Most people understand there are many health risks when it comes to smoking, but don't realise how much of an effect it can have on sexual health. It can affect fertility, contraception, risk of cancer. We've got information on this and how to stop smoking.

Smoking and sexual health

Smoking can affect your sexual health in a number of ways including altering your menstrual cycle, your risk of cancer, and even your libido.

Women smokers may experience more painful and irregular periods, with period pain lasting longer. Smoking hardens blood vessels around the clitoris and vagina, which may reduce sexual pleasure.

Smoking increases the health risk of women who are using the combined hormonal methods of contraception (the contraceptive pill, the contraceptive patch, and the IUD).

About 30% of deaths from cervical cancer are related to smoking. Surgical procedures for cervical cancer may affect a woman’s ability to orgasm. Vulvar cancer is a rare condition but affects twice as many female smokers compared to non-smokers.

Smoking and fertility

Smoking significantly reduces a woman’s chance of conceiving. In general, the longer a woman smokes, the longer it will take for her to get pregnant.

Male smokers are at least 50 percent more likely to become impotent than non-smokers. Smoking affects both semen (cum) and sperm, reducing sperm quality and mobility and this in turn reduces fertility.

Stopping smoking

Quitting smoking is not an easy thing to do. However, many people quit smoking for good every day and there are lots of free resources available from the NHS to help you with this on their Smoke Free website.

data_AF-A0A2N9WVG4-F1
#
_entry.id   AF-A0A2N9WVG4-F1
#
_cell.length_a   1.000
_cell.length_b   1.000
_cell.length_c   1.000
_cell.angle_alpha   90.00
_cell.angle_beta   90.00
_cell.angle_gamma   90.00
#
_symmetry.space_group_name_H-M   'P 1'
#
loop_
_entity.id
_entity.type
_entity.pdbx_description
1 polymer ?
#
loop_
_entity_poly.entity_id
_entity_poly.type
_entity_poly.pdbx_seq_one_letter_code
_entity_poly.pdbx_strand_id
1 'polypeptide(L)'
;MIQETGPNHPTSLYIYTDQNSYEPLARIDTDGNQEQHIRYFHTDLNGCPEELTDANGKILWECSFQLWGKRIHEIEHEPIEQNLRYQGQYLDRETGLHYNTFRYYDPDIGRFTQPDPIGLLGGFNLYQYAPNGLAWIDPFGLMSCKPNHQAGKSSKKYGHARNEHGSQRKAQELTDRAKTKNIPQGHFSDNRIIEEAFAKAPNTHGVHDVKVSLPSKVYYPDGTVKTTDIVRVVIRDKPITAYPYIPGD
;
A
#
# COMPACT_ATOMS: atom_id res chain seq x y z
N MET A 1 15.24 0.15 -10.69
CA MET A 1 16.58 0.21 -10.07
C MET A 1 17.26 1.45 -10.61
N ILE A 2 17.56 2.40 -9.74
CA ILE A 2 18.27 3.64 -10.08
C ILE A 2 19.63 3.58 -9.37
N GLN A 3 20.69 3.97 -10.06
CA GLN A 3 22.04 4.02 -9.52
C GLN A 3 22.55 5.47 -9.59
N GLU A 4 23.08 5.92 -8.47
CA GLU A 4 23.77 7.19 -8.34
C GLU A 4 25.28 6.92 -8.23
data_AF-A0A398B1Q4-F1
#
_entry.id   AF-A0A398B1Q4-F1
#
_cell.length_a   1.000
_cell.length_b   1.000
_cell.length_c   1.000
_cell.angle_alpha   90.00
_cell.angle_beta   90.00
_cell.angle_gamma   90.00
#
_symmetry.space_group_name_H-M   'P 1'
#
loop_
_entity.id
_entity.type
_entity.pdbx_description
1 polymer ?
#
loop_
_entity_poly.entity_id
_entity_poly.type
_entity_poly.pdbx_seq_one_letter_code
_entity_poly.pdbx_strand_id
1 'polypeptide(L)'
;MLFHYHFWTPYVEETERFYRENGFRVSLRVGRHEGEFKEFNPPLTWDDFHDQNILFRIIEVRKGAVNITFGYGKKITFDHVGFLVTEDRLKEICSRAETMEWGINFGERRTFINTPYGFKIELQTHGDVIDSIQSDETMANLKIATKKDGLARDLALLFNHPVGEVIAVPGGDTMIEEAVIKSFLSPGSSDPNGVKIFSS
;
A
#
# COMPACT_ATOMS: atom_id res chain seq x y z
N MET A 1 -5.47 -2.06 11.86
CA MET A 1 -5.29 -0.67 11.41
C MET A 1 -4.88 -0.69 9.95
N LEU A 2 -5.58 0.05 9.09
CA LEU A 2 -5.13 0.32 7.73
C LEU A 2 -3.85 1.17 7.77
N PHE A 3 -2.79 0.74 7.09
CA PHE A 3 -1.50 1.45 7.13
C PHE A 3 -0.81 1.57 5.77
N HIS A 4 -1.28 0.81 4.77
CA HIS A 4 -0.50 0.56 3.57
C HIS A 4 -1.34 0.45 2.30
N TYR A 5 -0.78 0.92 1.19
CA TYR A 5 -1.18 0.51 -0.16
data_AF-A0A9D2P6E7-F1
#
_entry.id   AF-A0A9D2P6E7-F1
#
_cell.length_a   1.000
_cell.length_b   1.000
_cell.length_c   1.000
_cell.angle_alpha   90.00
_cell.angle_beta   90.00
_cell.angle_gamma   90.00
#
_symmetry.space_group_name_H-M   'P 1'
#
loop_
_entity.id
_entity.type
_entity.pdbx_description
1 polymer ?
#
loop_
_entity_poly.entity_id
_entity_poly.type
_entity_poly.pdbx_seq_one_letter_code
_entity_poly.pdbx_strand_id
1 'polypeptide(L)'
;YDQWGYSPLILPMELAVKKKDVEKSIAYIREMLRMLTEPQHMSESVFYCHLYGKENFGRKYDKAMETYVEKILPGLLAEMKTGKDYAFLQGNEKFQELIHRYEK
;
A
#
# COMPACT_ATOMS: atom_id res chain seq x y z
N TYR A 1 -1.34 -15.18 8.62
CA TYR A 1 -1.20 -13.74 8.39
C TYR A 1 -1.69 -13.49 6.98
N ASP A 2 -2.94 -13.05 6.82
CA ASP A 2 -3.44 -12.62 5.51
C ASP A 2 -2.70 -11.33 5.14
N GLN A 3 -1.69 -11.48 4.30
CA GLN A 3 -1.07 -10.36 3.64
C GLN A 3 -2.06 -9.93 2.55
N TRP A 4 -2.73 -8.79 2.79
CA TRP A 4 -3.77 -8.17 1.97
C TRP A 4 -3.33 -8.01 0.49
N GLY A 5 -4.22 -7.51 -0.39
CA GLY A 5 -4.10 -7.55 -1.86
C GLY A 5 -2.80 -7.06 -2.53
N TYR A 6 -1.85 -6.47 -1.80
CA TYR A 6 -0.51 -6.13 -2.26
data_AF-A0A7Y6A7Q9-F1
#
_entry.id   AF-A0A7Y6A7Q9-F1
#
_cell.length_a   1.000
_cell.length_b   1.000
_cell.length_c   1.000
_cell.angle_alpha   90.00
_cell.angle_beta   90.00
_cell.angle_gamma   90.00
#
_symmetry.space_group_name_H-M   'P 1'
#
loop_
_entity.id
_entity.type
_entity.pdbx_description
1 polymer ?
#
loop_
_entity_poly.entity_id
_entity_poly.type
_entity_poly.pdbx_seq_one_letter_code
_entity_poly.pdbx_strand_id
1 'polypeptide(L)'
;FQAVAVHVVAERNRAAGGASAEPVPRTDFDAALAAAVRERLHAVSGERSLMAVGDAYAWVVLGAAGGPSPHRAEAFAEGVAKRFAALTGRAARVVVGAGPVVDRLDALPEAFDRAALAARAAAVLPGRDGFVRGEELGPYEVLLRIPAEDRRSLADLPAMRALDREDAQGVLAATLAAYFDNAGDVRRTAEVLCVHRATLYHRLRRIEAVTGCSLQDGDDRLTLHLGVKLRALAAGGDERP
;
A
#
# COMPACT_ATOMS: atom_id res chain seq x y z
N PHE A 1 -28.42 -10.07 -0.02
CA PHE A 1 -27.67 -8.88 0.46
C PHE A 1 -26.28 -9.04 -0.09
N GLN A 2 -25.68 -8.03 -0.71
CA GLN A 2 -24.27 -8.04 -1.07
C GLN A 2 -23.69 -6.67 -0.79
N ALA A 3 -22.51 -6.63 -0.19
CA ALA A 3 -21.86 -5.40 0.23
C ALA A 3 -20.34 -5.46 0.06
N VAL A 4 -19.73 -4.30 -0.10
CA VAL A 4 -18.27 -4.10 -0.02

• Talk to your GP: Your GP can give you lots of help to stop smoking. This includes enrolling you in a ‘stop smoking’ clinic and prescribing nicotine replacement or stop smoking medication
  • Join an NHS Stop Smoking Service: These are available all over the country and you can join a group or get one-to-one support. They can help you when you want help with not lighting up, dealing with cravings, or talking about how you feel. Find your local Stop Smoking service
  • Get a free ‘Quit Kit’: The kit has lots of practical tools and advice to help you stop smoking. Order your free quit kit
  • Call the Smoke Free National Helpline on 0300 123 1044 and speak to a trained, expert advisor. Lines are open Monday to Friday 9am to 8pm and Saturday and Sunday 11am to 4pm in England only
  • Consider using nicotine replacement therapy (NRT): If you’re struggling with nicotine cravings, NRT can help you manage Nicotine withdrawal. This comes in lots of different forms including patches, gum, lozenges, microtabs, inhalators and nasal sprays. NRT is available from your GP on prescription or from your local NHS Stop Smoking Service. You can also buy NRT products from a pharmacy. For more information about NRT, visit the Smokefree NHS website
  • Join an online stop smoking community such as Quit Support on Health Unlocked with the Roy Castle Lung Cancer Foundation

For more inspiration on giving up smoking, watch Laura’s story:

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